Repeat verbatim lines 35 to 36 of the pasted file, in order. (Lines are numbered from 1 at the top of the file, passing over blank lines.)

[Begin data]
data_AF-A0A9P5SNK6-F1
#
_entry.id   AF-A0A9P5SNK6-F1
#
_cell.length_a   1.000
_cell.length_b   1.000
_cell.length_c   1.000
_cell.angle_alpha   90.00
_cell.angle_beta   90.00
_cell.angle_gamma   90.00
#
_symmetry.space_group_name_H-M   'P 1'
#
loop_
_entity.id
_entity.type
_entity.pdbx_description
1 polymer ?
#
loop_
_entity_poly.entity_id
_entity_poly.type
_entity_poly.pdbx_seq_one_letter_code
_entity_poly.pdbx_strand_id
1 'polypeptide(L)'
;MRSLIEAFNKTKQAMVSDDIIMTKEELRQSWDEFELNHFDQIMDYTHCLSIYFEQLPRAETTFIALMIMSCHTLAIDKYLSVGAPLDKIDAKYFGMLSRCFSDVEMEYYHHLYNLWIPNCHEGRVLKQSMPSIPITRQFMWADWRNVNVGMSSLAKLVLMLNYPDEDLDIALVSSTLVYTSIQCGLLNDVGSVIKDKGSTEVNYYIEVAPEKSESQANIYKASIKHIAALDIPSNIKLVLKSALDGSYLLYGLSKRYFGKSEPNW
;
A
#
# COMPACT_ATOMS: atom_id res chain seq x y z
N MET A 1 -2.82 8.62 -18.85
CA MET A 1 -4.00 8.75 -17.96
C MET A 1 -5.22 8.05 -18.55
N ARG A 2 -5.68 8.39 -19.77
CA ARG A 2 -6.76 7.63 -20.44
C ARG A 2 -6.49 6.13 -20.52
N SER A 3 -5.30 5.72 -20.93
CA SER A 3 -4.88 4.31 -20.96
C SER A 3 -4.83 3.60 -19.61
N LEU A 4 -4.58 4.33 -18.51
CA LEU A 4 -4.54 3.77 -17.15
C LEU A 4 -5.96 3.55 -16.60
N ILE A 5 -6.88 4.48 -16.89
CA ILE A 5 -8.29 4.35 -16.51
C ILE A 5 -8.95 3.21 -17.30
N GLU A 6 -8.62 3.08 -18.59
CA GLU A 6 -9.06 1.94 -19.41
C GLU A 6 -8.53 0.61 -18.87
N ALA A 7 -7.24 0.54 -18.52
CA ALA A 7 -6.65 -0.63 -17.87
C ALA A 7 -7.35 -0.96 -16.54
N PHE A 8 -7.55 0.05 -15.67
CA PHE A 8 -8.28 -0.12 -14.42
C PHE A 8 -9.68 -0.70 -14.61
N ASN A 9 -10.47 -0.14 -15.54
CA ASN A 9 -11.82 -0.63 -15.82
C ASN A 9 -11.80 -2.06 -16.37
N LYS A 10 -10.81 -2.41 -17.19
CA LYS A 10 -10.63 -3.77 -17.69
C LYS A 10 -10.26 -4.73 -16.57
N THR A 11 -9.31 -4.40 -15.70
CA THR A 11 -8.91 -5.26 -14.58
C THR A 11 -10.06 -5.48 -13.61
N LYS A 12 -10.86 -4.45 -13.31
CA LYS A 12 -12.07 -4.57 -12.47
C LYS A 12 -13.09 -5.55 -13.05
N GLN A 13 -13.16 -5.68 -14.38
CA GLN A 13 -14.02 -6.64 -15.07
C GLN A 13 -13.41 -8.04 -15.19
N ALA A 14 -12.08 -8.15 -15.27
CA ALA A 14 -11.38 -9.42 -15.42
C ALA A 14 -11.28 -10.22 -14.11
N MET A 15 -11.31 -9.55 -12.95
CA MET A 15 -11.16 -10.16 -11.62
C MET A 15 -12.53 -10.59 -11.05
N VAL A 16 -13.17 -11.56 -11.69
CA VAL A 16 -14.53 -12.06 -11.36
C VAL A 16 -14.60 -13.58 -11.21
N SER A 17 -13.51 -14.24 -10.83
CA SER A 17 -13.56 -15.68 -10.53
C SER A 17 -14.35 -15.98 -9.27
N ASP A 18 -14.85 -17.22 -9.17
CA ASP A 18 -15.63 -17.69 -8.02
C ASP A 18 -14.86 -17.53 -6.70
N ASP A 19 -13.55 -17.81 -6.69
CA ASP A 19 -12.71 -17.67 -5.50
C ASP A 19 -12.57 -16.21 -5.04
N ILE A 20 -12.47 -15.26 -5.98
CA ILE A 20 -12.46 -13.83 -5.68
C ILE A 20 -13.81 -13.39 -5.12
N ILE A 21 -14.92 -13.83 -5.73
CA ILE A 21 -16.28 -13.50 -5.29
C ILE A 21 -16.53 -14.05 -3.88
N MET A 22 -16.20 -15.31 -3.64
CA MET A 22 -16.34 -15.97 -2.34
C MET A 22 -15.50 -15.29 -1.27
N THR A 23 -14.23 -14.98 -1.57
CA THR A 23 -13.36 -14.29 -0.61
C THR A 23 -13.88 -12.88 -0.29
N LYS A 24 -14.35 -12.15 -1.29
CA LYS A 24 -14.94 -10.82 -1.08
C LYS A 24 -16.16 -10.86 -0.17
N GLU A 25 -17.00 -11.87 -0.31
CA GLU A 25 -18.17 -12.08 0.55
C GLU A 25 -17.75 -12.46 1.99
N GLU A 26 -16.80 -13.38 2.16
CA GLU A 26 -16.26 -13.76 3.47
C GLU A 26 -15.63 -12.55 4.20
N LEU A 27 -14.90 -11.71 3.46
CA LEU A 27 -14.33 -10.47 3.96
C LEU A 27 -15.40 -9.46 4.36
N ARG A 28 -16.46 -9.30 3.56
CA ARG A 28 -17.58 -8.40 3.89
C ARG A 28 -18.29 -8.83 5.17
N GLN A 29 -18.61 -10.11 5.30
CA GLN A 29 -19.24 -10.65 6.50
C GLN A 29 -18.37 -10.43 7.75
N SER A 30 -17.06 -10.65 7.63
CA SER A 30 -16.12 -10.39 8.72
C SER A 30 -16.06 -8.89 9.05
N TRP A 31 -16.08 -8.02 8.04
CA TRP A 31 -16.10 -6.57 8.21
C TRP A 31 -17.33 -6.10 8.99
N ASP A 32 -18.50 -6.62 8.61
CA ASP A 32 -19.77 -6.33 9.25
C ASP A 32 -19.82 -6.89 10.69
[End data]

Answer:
CA ARG A 2 -6.76 7.63 -20.44
C ARG A 2 -6.49 6.13 -20.52